One of the first things I do when starting a new project is to ask the team a very important question:
“Where does the money for this project come from?”
I usually get a range of surprised looks.
Surely I must know that the money comes from “donor X”.
“Yes, but where does donor X get their money from?”
Now people start to look a bit more stumped. After a few minutes sitting in silence someone usually jumps in with “taxes” or “governments.”
So I ask it again, “And where do they get their money from?” “From people!”
“That’s right, the money for this project comes from people.” All kinds of people. Rich people, poor people, people who paid taxes, people who made donations, people who think their money is being used to help people in other countries. The USAID tag line “From the American people” is quite literally true. It works a bit like this:
If most aid money actually comes from people, why did my team not know this?
Perhaps because they’re all local staff from the recipient country. They had never donated their money to an NGO. Their taxes were not used to fund aid programs. So why would they know? They had no experience of what it’s like to be on the other end of the chain and nobody bothered to tell them.
Of course, if you don’t know that aid money is donated by people then it might as well be magic money dropped out of the sky by donors. This misconception can be seriously damaging. If the donors have magic money then why not waste it on unnecessary per diems? Why not use it for parties? Or a new car? Or extravagant staff retreats?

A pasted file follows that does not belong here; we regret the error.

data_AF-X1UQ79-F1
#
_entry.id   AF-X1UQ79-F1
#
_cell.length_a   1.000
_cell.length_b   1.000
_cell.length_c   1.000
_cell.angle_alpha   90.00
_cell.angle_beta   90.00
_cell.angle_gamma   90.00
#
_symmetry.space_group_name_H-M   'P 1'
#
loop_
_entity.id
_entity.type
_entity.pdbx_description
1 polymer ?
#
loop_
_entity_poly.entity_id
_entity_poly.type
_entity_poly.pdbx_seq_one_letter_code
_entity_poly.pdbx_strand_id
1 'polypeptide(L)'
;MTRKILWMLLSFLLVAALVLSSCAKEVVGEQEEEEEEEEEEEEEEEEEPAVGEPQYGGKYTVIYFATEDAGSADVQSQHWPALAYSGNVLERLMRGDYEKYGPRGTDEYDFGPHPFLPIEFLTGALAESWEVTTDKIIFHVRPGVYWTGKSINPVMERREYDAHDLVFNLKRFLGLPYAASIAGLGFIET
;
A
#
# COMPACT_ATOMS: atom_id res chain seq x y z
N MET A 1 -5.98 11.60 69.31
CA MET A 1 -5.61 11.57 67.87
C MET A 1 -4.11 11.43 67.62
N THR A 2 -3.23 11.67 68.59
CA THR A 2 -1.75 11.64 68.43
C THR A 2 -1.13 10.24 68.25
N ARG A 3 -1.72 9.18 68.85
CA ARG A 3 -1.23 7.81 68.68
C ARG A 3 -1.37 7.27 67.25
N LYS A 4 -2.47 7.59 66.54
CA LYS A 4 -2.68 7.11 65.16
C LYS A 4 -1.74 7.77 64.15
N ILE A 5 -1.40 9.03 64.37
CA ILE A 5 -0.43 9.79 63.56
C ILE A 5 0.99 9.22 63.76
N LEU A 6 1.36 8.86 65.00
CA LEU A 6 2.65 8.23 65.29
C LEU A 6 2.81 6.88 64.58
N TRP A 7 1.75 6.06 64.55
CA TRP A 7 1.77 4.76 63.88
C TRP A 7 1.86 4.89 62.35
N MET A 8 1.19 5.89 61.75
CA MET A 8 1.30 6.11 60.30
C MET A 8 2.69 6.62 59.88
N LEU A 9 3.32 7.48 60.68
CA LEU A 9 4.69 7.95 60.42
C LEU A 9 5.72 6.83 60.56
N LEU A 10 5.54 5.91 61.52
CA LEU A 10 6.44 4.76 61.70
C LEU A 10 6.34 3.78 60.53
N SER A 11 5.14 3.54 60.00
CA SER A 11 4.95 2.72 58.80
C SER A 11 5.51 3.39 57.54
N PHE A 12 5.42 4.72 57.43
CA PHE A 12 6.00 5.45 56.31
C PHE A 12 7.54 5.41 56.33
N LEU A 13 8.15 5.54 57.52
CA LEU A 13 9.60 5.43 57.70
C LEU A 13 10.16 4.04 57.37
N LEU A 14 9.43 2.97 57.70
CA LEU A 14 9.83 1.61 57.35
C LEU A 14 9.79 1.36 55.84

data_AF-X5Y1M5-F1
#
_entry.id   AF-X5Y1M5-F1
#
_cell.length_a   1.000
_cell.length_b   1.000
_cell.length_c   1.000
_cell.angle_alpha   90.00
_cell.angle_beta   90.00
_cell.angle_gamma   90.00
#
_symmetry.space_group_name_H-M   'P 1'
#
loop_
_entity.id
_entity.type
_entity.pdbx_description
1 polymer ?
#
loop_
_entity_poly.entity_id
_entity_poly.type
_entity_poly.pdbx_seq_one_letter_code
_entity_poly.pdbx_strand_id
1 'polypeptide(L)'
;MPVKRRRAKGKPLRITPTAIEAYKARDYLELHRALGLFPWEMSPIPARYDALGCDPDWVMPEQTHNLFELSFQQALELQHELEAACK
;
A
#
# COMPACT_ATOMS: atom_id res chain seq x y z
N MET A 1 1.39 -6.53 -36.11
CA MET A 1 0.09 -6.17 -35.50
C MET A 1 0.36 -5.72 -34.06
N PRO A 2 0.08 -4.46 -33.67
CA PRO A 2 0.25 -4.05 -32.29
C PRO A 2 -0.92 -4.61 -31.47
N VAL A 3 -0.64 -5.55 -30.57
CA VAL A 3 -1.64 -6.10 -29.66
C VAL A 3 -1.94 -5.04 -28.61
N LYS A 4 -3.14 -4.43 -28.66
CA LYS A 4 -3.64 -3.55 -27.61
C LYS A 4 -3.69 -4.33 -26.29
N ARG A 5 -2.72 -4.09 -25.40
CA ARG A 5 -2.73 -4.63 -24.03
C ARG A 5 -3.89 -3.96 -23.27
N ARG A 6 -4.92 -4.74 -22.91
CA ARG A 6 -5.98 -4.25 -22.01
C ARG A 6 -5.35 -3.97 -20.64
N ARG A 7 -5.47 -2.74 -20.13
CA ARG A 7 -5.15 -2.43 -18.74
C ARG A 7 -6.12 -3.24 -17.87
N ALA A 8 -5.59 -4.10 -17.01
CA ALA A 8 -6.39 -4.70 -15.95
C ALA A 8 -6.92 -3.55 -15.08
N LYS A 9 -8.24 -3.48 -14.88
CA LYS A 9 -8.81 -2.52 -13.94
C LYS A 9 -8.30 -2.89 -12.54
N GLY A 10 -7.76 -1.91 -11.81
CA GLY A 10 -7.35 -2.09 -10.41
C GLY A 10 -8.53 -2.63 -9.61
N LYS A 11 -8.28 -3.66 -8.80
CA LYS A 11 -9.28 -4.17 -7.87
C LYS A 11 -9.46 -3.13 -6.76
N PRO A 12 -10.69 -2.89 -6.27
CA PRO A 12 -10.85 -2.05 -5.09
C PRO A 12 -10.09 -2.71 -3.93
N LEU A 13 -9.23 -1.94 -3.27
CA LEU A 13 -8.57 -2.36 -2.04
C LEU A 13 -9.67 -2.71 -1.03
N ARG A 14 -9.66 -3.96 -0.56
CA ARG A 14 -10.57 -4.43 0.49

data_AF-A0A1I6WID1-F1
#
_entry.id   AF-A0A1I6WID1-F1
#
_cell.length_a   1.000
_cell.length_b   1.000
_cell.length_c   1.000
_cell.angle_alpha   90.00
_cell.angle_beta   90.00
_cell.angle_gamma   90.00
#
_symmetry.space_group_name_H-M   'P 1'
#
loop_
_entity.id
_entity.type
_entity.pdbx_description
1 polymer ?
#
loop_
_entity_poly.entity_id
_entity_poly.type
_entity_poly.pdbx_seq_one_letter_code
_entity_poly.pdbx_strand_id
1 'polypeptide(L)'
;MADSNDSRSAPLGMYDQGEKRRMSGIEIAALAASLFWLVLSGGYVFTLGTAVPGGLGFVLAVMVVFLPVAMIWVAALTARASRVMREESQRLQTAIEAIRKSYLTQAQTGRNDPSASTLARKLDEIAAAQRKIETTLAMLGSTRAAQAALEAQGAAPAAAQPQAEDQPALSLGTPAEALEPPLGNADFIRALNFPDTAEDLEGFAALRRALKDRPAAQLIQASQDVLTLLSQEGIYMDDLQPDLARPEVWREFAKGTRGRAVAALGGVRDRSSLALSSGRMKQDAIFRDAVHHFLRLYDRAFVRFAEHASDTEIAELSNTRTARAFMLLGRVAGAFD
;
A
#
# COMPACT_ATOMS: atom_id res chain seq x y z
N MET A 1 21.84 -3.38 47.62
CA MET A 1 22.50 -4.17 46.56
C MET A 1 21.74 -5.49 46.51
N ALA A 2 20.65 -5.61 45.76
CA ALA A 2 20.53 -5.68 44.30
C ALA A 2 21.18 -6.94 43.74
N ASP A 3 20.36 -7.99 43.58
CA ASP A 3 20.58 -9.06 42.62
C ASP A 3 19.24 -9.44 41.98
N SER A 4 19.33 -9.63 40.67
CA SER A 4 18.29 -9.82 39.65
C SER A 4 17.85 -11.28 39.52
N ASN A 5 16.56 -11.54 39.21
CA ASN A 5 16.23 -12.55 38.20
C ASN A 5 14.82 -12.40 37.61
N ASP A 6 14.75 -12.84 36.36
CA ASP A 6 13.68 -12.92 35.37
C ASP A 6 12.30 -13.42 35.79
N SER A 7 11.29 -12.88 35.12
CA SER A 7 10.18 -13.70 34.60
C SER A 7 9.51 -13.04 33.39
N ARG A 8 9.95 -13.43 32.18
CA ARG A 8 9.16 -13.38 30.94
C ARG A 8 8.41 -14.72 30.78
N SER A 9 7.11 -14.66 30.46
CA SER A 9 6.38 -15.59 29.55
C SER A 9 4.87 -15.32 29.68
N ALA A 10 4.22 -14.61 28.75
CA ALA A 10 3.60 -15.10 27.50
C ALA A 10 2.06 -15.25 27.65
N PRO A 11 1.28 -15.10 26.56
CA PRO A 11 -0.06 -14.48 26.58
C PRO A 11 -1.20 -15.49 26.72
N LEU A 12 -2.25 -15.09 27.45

This was exactly the problem I faced before I realized that most of my team didn’t know where the money was coming from.
Every time I would cut a meal allowance or say no to a staff party there would be eye rolling and complaints. Clearly I was just a party pooper. Of course, it’s not just local staff that have this problem. While expats may know where the money comes from it’s easy to forget or disregard this when thinking about salary and benefits.
I normally find that a frank discussion about the source of aid money is followed by a marked change in how people spend the money. It also allows me to ask an important question every time I receive a budget request – “If you donated your own money to this project, would you be happy for it to be spent this way?”
Quite often the answer is no. So in that case we should treat other people’s money the way we expect our own money to be treated.
Piroska Bisits Bullen has worked on a range of international development programs involving local and international NGOs, UN agencies and government. She holds a Ph.D. in public health, has published articles in several journals, and was a speaker at TEDxPhnomPenh. Piroska is passionate about using scientific evidence and creativity to design programs that work. You can reach her at www.piroska.me and on Twitter at @piroskabb.